dirty bulking vs. clean bulking

Dirty Bulking vs. Clean Bulking: Which Works Best?

Increasing muscle mass and achieving weight gains can only be achieved through certain means, such as eating extra calories and lifting heavier weights. However, there are different approaches to muscle gains that are typically split into two; dirty bulking and clean bulking.

Dirty bulking involves eating calorie-dense food that is convenient (even junk food) to hit excess calories goals whereas a clean bulk sees you eating more clean foods. A dirty bulking diet is a lot easier to follow, however, it is also likely to result in more fat gain. Clean bulking is more restrictive but it isn’t as damaging to your overall health.

Let’s look at both forms of bulking in more detail and how they might benefit your gains.

Dirty bulking

At its core, dirty bulking is the pursuit of weight gains by pretty much any means necessary. There is not much concern for how much fat is gained as the focus is on always being in a calorie surplus (consuming more calories per day than you are burning). 

The type of food being consumed doesn’t matter too much, so long as it has plenty of calories. This is why sugary foods and fast food are often consumed by those on a dirty bulk, as they’re a convenient (and enjoyable) way of hitting daily calories goals.

Pros of Dirty Bulking

As mentioned, the main benefit of dirty bulks is that they are far easier to execute. Introducing an increase in calories every day can be challenging, particularly if you are trying to avoid unwanted fat gain, but dirty bulks make this caloric surplus much easier to achieve.

Related Post:  10 Benefits of a 24 Hour Fast Once a Week

This also makes the whole process a lot simpler, as there is less need to track macronutrients and develop a detailed meal plan every week. Portion sizes are also much less of a concern and, let’s face it, dirty foods taste a lot better.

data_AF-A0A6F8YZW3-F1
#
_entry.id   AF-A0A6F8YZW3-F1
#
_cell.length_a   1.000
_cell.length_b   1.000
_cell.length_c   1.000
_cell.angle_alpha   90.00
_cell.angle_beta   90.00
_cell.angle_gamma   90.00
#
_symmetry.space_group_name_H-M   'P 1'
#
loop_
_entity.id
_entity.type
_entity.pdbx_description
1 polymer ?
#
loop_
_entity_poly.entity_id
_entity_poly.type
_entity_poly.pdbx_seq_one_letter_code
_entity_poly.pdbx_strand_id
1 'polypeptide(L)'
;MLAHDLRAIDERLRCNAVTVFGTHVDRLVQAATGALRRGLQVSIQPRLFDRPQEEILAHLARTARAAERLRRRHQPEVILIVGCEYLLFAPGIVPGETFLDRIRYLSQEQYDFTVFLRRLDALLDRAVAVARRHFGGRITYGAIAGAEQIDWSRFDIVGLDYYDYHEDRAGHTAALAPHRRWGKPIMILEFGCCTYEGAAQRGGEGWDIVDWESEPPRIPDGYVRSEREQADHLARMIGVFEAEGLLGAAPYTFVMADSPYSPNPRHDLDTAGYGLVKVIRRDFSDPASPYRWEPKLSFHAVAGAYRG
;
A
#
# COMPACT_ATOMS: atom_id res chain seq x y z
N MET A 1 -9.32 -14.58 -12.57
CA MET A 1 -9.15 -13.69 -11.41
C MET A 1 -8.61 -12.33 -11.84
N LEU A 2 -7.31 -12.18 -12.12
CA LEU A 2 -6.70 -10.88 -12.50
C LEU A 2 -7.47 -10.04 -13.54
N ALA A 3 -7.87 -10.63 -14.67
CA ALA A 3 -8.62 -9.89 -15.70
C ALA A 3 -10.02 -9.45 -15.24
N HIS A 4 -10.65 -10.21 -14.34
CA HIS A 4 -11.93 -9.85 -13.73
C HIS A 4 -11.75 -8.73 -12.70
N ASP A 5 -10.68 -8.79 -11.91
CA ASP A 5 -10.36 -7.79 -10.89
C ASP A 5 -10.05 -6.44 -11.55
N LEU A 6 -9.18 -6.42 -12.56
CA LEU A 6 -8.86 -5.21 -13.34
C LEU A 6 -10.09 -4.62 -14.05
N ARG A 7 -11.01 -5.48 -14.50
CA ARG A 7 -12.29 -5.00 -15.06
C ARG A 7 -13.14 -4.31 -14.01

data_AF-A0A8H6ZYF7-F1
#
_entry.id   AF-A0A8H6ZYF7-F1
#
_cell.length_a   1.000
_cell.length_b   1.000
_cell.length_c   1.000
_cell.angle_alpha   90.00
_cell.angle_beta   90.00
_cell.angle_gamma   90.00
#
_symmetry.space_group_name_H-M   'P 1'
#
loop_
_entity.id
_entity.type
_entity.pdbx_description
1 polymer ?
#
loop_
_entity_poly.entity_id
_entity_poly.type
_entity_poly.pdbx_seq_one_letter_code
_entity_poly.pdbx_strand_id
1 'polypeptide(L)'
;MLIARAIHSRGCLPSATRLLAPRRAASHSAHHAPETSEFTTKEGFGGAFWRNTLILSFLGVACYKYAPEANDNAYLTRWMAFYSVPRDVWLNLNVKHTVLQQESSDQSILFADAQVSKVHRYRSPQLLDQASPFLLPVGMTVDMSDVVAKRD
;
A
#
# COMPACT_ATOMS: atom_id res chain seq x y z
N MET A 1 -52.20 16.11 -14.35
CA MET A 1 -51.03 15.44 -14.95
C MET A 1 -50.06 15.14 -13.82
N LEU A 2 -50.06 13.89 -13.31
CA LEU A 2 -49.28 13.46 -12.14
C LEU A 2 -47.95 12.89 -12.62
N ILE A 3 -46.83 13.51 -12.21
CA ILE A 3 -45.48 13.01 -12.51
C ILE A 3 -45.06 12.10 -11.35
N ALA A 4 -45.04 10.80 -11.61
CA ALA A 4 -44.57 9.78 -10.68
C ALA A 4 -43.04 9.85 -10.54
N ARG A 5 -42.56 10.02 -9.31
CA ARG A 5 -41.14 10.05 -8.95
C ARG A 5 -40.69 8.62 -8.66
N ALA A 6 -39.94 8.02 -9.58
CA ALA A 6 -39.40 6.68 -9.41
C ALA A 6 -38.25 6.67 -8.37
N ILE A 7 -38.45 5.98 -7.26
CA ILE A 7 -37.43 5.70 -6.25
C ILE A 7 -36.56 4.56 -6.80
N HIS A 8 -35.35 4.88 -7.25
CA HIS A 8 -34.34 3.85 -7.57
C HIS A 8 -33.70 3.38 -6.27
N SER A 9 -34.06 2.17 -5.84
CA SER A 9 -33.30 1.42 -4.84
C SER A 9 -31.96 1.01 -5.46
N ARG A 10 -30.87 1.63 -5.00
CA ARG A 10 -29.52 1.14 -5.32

This approach to weight gain is proven to help increase muscle size, provided appropriate levels of weightlifting are maintained alongside the dirty bulk diet. 

Cons of Dirty Bulking


As you are eating less clean foods and just focusing on consuming additional calories, dirty bulks can lead to health issues, especially if maintained for a long period of time. There is likely to be excess fat gain, which can have an impact on your blood pressure and cardiovascular health.

Calorie-rich foods are also more likely to be processed and these have several negative health effects. Plus, moving beyond a healthy weight will put extra pressure on your joints and bones. You might also not be supplying your body with the nutrients and vitamins it needs to function healthily.

Clean bulking

A clean bulk requires more planning and discipline, as the caloric surplus needs to come from clean foods that prevent excess fat gain. So, the focus is not purely the volume caloric intake, but also the quality of the food being eaten. 

A clean bulking diet will usually consist of plenty of whole grains, clean proteins, and lots of fruit and vegetables. Macronutrients (protein, carbohydrates, and fats) are also closely monitored to minimize fat gain.